And that’s when my stomach aching returned. In fact, it was never gone, but so far had been very weak. We decided to visit the “shopping center” to check if we could find a little pharmacy, but we had no luck. As I described Lore, she told me that I had all the symptoms of being suffering from an appendicitis’ attack. We were desperate. The last thing you want to is visiting a hospital in a country like India. I cannot imagine being lied on a dirty stretcher to a doctor with a rusty scalpel in his hand and ready to surgeon with a dubious origin degree hanging on the wall of his office.


But the pain did not lessen. And when you live that kind of situation you realize that life is a moment that at times can seem longer than it really is. As fast time goes when everything goes well! However, when something hurts, time slows down and stretches. In response, we chose to take a taxi to drive us to the nearest pharmacy. The poor guy did not understand anything we said. So he stood in the street and asked some passersby if anyone spoke English. Fortunately, one translated the word “pharmacy” in Hindi. Lore jumped out and went hurriedly. From the car I saw her talking and I feared the worst. However, in a few minutes she returned with some pills. Then we returned to the Hotel Modern waiting to for the pills to work. And indeed the pain almost disappeared.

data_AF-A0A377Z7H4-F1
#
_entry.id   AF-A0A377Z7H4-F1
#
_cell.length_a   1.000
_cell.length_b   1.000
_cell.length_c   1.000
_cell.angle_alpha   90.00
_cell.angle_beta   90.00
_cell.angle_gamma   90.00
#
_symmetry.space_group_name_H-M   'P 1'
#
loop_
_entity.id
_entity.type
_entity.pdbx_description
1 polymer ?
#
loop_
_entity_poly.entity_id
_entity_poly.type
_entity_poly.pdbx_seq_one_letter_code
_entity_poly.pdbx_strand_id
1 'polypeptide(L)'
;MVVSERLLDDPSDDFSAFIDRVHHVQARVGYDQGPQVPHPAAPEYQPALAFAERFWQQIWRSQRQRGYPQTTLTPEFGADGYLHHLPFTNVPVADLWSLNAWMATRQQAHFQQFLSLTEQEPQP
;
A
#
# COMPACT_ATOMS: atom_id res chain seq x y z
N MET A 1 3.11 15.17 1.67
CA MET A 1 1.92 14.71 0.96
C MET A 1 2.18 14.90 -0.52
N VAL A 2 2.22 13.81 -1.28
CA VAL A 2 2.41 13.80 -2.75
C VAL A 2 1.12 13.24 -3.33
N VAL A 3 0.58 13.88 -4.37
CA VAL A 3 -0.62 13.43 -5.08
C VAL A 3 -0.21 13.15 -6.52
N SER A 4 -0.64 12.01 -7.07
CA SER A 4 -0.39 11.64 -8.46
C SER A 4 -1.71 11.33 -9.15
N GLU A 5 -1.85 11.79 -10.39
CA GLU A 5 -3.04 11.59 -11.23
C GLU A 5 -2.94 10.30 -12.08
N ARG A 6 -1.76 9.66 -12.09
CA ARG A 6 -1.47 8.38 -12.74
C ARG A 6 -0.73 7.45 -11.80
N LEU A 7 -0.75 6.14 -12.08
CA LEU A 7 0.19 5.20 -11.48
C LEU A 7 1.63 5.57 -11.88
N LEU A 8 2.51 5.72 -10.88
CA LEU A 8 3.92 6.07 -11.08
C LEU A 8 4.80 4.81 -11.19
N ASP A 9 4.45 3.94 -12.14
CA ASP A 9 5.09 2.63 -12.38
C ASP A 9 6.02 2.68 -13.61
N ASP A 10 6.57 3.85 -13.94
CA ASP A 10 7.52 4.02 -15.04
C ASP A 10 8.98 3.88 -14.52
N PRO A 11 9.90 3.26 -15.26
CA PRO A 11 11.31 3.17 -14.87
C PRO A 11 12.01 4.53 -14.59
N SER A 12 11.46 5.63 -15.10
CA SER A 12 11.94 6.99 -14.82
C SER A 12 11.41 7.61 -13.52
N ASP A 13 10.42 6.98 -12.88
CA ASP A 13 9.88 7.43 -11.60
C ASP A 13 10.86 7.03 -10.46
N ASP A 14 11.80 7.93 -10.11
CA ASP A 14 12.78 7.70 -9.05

We took this opportunity to chill the body. After two hours, we woke up and the pain was almost gone. We opted to put up with the evolving view. I took some pills every 6 hours, and so I was forgetting the pain. Slowly everything returned to its natural state but Lore my private nurse, told me that it can happen again at any time. Her diagnosis was indeed that I had a small attack of appendicitis. If it came back and was stronger, we would have no choice on knocking the door of a hospital.


As the center of Mumbai is a mess and is very expensive even though it is India, we decided to find a hotel on the outskirts, where we spent three nights. Enough to consider what we would do while we were waiting the bike, we had to wait for it around 25 days. So we decided to take the train for 13 hours and head to Goa, a bubble in India’s stress that until 1961 was a Portuguese colony. We do not feel cheerful about not having the bike, but it does enables us to travel using the most popular way of transport in the country: the train, the legacy of the British during their conquest, as well as cricket, the national sport of the country and its language. If you are visiting India, getting on a train and experience the feelings is almost mandatory.


And so was our entry into India, a country that seems to be full of kids (kids are kids and adults are kids with mustache), and where everything is upside down. If you want to visit India, do not try to understand anything. Do not even compare their culture with yours. If you do, you can end up crazy. We know a lot of cases of people who came to spend a month, and did not last three days. India is tough. It is crazy. And as they say that intelligence is nothing more than the ability to adapt to change, we try to do as well as we can. If everything is upside down here, we adapt. If you want to survive in a country like this there is no choice.

* Dreaming is free. Make them reality, perhaps not. This piece of dream has come true thanks to APIC – Asia Pacific International College, Go Study Australia, foto24 and Dynamic Line, thanks to our partners, and most of all thanks to you. And do not forget: If you can dream it, you can do it.